Belgian breaks with black at Paris menswear shows
It's never too clear who buys Walter Van Beirendonck, but there was no denying the originality of his radical new creations on Friday at the ongoing Paris fall-winter menswear shows.
In stark contrast to other designers showing this week in the French capital, the only thing black at the affable bearded Belgian's early afternoon show in a welcoming art gallery in the hip Marais district were the models.
Winding their way through the seated spectators, they strode gracefully in jackets, capes and relaxed trousers in a welcome rainbow of pastel colours, complemented with oxfords in turquoise and orange.
Easily the crowd favourite was a fully-fringed poncho in a riot of colours over a pair of patchwork trousers. "It's hot inside, but you feel at ease in it," the model assigned to wear it, Darouda, told AFP afterwards.
Backstage, Van Bierendonck -- one of the avant-garde Antwerp Six in the 1980s that notably included Dries Van Noten -- acknowledged that his latest work is more positive, tailored and "definitely more peaceful".
One defining factor, he said, was Mayan culture and the end of the current 144,000-day Mayan calender cycle on December 21, 2012 -- hence his T-shirt of choice on Friday that declared: "Something big is coming."
Equally experimental was Brazilian-born Gustavo Lins, alias Gustavolins, who draws on his training as an architect to deconstruct and redefine the traditional rules of tailoring in both men's and women's wear.
The occasional red sweater added a dash of a colour to a soft-shouldered collection otherwise dominated by black and slate gray. In one instance, the full-length overcoat was given the silhouette of a cozy bathrobe.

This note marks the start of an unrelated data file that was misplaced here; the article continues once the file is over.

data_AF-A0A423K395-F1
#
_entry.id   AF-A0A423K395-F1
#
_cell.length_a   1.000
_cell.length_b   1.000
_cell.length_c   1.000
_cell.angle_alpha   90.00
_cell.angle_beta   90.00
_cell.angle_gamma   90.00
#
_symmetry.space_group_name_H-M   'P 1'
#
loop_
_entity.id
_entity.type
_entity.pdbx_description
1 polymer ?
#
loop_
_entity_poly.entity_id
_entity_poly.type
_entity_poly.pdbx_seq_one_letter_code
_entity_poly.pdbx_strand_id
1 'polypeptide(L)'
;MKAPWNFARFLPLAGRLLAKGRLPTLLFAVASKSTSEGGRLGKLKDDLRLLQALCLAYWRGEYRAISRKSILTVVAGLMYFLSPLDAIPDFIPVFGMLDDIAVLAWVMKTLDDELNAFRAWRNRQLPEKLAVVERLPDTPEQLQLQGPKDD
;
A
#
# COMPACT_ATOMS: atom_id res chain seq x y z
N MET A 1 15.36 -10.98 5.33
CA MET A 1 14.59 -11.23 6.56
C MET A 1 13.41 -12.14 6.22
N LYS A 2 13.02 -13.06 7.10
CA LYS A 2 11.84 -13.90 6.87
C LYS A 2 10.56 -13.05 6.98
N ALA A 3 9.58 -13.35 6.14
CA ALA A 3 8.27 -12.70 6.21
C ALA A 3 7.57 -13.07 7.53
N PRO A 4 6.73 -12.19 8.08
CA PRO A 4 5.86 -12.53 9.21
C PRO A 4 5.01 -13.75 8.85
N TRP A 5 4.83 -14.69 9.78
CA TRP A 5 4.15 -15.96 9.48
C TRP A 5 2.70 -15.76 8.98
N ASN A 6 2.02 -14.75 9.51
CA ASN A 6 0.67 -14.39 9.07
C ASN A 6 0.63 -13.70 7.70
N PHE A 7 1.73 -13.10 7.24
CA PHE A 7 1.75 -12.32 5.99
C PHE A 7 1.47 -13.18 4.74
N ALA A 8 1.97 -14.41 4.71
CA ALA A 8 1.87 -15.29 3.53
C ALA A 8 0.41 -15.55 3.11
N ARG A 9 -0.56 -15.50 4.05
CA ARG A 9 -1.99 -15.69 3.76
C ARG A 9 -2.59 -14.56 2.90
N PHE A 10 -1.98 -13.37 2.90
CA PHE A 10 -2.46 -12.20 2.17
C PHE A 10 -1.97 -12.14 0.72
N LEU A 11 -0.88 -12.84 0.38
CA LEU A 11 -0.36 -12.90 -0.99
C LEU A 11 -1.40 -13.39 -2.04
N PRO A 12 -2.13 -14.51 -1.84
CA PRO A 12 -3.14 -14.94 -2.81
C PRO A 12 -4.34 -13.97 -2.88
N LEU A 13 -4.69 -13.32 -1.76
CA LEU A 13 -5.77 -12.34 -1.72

Falling by the wayside was the notched lapel. Barring the jacket he wore himself at the end of the show, Gustavolins simply excluded it from virtually all of the pieces he sent out, opting for notchless shawl lapels instead.
Tatsuro Horikawa, the brains behind the Julius label, took the 18th-century Left Bank surroundings of the Ecole des Beaux-Arts, pumped in some smoke, and sent out a collection that suggested how men could dress in the 23rd century.
Layers were draped over layers, transported by workboots as supple as slippers, giving the show -- set to a percussive soundtrack -- an extra-terrestial feel.
One eye-catching detail was broad silver torques reminiscent of the neck rings favoured by the ancient Celts, though it could take a couple of centuries for such man jewellery to make a sweeping comeback.
Predictably more accessible was Cerutti, which sought to marry fine tailoring with details borrowed from motorcycle outerwear, with padded-knee trousers and three-quarter length coats with leather biker-jacket cuffs.
Over at Agnes B., the crowd-pleaser in a vaguely Edwardian collection spiced with broad half-length ties was a reversible suit jacket -- black and business-like on one side, with a shimmering club-ready print on the other.
© 2011 AFP